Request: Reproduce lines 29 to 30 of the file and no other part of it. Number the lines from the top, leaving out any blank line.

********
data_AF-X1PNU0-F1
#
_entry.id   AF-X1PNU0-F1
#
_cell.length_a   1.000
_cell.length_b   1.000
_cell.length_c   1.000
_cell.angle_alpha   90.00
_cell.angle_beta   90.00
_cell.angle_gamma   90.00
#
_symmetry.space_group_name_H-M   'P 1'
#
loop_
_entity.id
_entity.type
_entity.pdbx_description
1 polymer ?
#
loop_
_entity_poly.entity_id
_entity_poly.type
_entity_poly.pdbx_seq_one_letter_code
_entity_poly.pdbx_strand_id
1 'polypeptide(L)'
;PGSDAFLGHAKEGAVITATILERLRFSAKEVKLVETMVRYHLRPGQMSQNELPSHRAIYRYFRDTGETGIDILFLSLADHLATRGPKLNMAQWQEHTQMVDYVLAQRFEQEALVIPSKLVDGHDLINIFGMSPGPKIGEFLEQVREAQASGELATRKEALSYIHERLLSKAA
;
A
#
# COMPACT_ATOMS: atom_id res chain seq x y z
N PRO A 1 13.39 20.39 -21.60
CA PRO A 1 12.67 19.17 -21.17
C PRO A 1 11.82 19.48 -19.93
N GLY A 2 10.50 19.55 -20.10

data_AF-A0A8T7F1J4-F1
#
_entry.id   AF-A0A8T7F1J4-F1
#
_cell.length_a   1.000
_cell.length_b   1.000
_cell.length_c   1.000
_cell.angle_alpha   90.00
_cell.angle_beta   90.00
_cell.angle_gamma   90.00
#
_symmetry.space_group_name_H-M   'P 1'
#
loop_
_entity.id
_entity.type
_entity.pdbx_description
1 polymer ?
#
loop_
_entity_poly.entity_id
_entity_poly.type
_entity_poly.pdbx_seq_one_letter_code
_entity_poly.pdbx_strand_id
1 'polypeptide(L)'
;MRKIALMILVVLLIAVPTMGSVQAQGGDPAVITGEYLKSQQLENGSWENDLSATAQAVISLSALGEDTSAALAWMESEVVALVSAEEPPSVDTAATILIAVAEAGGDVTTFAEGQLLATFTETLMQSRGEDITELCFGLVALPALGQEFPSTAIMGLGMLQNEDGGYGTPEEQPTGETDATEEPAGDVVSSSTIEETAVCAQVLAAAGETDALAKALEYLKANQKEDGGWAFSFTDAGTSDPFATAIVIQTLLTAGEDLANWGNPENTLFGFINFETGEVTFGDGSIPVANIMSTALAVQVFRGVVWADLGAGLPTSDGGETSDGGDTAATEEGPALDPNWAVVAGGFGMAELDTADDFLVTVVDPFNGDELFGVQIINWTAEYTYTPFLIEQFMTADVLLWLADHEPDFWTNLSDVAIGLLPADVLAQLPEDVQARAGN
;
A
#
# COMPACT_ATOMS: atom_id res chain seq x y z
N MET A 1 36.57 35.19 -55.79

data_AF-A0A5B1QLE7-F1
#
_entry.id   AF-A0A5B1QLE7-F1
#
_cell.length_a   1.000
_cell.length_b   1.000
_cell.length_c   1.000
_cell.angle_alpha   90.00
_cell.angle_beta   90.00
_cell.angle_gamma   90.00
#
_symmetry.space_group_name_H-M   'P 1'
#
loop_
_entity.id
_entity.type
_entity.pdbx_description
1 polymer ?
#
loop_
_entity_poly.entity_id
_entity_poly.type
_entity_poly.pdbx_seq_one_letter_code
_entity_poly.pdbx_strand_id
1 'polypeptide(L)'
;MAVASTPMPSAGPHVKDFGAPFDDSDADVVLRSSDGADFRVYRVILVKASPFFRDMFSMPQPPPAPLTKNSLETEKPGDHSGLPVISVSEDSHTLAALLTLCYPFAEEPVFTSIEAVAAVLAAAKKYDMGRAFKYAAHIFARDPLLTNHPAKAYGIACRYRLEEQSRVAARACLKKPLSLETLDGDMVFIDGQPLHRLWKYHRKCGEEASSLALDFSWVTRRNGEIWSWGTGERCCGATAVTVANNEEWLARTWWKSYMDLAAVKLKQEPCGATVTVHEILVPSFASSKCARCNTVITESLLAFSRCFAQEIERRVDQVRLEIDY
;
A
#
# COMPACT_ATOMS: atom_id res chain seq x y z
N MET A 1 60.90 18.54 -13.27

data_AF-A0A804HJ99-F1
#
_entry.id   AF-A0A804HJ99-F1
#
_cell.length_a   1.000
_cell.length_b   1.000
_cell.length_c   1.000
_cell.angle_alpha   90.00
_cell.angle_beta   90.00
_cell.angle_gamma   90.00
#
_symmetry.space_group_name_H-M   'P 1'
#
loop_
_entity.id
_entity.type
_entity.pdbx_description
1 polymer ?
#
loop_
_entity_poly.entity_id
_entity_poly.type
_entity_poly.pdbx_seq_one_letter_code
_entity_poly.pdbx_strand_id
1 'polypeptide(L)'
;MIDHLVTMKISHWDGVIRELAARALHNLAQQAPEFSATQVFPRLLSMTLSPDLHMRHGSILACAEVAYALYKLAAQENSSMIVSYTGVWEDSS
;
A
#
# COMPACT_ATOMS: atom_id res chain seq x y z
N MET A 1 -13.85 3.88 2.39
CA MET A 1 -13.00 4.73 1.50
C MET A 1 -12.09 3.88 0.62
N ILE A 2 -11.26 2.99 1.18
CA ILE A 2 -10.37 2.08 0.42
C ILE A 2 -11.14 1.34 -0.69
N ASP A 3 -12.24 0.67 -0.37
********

#
# COMPACT_ATOMS: atom_id res chain seq x y z